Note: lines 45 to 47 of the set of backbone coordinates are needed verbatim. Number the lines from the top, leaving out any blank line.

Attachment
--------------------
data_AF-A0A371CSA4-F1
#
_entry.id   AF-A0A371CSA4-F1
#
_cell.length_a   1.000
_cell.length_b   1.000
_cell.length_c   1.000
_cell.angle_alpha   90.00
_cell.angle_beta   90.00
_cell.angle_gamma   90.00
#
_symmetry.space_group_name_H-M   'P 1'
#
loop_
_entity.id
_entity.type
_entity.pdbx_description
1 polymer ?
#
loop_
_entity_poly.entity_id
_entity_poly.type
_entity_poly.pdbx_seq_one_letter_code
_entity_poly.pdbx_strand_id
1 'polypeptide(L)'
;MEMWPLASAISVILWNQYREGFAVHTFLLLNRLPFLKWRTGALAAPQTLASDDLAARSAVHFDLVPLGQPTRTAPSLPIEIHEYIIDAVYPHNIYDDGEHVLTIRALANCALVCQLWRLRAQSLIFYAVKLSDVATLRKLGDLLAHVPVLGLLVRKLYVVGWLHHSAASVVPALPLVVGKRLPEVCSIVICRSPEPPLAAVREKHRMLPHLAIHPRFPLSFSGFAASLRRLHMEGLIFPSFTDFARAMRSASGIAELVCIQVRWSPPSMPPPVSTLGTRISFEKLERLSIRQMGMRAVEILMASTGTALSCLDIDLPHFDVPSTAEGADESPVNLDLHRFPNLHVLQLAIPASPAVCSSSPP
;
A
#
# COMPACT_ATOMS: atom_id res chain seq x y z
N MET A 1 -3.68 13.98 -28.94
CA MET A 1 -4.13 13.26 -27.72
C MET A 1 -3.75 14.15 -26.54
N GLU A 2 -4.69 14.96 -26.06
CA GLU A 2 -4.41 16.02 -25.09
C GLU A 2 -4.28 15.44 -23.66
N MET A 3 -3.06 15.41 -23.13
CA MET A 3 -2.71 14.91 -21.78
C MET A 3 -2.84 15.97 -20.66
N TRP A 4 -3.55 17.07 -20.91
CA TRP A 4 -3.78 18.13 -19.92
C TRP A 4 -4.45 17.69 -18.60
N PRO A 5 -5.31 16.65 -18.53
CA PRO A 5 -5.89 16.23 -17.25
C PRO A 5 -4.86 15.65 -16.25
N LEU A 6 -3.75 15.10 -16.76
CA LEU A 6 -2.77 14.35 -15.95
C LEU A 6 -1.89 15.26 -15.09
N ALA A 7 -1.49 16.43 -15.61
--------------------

C PRO A 5 -4.86 15.65 -16.25
N LEU A 6 -3.75 15.10 -16.76
CA LEU A 6 -2.77 14.35 -15.95